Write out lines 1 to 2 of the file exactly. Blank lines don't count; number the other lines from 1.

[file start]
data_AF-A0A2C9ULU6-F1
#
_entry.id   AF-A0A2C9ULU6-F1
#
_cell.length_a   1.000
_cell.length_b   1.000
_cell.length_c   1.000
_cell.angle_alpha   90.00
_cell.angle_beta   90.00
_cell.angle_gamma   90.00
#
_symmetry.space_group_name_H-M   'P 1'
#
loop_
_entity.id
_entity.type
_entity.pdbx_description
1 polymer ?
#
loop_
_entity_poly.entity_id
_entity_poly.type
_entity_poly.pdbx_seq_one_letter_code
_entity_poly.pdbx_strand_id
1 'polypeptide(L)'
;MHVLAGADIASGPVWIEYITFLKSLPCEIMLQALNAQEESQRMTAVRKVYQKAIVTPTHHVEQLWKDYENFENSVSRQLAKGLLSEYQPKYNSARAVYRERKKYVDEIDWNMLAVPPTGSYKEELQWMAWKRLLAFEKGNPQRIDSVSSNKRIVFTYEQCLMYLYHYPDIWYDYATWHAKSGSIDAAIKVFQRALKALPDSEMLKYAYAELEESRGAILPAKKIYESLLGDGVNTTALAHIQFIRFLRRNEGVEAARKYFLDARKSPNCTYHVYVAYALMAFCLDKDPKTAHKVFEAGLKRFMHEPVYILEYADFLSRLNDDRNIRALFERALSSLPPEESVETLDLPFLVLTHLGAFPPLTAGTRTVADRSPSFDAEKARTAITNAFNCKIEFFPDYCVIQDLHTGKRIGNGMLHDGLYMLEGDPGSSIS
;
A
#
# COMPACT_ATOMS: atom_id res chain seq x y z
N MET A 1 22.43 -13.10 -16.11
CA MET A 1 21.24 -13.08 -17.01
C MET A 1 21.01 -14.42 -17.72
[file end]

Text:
data_AF-A0A2C9ULU6-F1
#